Don’t drop your guard, ladies. 2012, with all it’s cringe-worthy moments in women’s health and policy, might be behind us, but all the bad press in the world apparently hasn’t done much to dampen the resolve and moral superiority of anti-choice groups and the politicians they’ve bought. Today, the battle shifts to Arkansas.
The state Senate’s Public Health, Welfare and Labor committee just approved a bill that restricts abortions in any case where a fetal heartbeat could be detected. For those not up on their gestational timeline, a heartbeat can be present as early as six weeks. That’s sooner than a great number of women even know they are pregnant, particularly in cases of unexpected pregnancies (you know, the people most likely to consider an abortion.) That’s sooner than most fetal abnormalities or conditions — the kind that could be inhumanely damaging or fatal to a baby carried to term — can be detected. Basically, it’s a laughably impractical cut-off point for abortions. It’s not supposed to be practical. On its feet, this law would effectively represent a complete ban of abortions in Arkansas.
That’s not to even mention how difficult it can be to even detect a fetal heartbeat during the early weeks when most women seek abortions. Before 8 weeks-ish, the only way to adequately check for a heartbeat is by sticking a giant stick (not the fun kind) up a woman’s business (not in the fun way.) That’s right, sisters, transvaginal ultrasounds are back! Everyone’s favorite version of #LegitimateRape.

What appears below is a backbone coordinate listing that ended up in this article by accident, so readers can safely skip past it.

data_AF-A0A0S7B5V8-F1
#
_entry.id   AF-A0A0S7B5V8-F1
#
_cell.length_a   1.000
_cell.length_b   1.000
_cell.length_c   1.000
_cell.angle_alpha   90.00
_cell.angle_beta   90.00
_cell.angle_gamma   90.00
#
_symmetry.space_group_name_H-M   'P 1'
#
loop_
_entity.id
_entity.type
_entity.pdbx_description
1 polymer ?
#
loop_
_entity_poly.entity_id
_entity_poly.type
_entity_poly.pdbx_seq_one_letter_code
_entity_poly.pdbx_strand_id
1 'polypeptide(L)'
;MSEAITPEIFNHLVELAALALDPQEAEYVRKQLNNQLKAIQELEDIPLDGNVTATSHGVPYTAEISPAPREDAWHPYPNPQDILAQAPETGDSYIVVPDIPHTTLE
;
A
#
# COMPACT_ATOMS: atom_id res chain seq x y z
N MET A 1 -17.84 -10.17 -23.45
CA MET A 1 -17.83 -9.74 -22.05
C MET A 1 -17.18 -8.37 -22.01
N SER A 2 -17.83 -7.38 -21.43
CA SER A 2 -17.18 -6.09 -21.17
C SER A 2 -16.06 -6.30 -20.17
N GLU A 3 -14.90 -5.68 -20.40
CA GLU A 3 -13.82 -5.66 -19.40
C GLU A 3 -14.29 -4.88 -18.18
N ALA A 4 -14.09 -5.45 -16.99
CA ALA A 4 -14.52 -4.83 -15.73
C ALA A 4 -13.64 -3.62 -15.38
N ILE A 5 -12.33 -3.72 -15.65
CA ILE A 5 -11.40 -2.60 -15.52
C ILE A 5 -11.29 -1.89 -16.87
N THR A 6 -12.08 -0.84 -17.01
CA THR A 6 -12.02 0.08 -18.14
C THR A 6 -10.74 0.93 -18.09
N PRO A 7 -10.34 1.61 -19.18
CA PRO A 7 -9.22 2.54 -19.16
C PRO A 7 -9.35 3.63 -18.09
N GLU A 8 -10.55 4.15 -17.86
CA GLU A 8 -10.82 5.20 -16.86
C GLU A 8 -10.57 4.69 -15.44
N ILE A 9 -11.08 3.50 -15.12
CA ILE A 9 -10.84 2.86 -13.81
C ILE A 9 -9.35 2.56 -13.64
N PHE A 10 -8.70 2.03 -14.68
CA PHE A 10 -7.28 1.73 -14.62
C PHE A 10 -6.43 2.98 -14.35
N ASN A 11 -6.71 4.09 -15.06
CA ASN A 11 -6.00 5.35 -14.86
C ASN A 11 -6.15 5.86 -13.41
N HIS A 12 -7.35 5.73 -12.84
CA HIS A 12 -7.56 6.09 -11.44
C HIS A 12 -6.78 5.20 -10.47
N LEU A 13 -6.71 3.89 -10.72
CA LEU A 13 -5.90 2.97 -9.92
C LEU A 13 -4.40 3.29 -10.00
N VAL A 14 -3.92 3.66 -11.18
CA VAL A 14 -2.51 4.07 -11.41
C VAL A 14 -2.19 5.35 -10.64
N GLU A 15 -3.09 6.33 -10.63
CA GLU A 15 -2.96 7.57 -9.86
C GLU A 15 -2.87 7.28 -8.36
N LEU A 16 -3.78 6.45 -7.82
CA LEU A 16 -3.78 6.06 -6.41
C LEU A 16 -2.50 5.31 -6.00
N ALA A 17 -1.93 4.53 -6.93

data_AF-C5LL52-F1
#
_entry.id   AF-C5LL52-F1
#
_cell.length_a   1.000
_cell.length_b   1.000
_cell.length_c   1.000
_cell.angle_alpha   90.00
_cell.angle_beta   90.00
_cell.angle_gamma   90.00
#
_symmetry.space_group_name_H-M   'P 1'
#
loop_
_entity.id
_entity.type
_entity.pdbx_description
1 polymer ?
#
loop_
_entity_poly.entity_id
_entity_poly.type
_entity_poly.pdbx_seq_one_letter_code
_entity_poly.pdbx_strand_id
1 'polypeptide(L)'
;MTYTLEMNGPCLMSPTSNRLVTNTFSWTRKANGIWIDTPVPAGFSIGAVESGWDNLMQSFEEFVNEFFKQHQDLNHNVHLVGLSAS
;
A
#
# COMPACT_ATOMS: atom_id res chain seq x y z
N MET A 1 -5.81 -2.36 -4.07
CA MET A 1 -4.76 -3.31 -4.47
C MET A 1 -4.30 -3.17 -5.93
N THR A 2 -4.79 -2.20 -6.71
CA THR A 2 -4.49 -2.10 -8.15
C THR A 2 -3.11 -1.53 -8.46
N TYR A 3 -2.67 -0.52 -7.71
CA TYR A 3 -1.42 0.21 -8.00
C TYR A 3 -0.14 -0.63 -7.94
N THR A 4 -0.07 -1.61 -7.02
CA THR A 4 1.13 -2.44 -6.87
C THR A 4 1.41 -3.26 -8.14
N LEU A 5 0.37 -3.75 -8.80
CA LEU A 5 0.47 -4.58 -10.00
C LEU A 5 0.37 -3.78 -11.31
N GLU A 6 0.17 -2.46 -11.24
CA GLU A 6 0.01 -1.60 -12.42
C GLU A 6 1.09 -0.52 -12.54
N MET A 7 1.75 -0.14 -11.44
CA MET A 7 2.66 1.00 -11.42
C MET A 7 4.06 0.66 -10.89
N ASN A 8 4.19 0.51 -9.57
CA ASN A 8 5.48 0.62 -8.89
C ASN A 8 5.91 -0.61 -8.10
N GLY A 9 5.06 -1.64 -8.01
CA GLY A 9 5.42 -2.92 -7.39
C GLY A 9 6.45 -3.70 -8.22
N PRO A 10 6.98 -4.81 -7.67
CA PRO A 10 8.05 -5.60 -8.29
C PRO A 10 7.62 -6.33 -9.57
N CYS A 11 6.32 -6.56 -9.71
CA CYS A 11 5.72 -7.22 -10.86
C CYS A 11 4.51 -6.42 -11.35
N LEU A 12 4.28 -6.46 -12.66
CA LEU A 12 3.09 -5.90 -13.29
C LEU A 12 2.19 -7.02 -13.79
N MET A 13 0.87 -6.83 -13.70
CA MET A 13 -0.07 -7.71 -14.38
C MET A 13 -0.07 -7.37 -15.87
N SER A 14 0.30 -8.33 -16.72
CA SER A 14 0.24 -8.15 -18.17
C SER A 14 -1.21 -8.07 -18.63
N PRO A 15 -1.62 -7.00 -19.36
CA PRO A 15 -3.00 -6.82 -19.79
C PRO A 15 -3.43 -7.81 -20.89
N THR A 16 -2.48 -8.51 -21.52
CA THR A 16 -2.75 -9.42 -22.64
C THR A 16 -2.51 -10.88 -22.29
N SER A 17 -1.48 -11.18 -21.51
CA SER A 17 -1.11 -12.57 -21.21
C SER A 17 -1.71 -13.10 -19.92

Senate Bill 134 would only allow for the pursuit of criminal charges against doctors who perform abortions outside of the tiny time window they’re allowed, and not the women who receive them, a stipulation that saves anti-choice proponents the backlash that would assuredly come on the tail of the first women prosecuted with the law. But best believe that any woman who contracts injuries or infections from the back alley abortions they were forced to procure will become unwitting poster children for the “inherent dangers” of abortions. Ugh. Another shining example of legislation that first creates dangerous conditions, and then uses the god-awful consequences of those conditions to justify its moral underpinnings. You gotta give them credit: anti-choice groups sure are stretching that Public Relations 101 class for all its worth. Even the bill’s nickname — the “heartbeat bill” — packs an added emotional pull.
Similar bills, like one in Ohio in 2011, have failed in state legislatures, but the Arkansas bill has a substantial shot at getting voted into law, with Republicans taking majority control of both the House and Senate in the last election.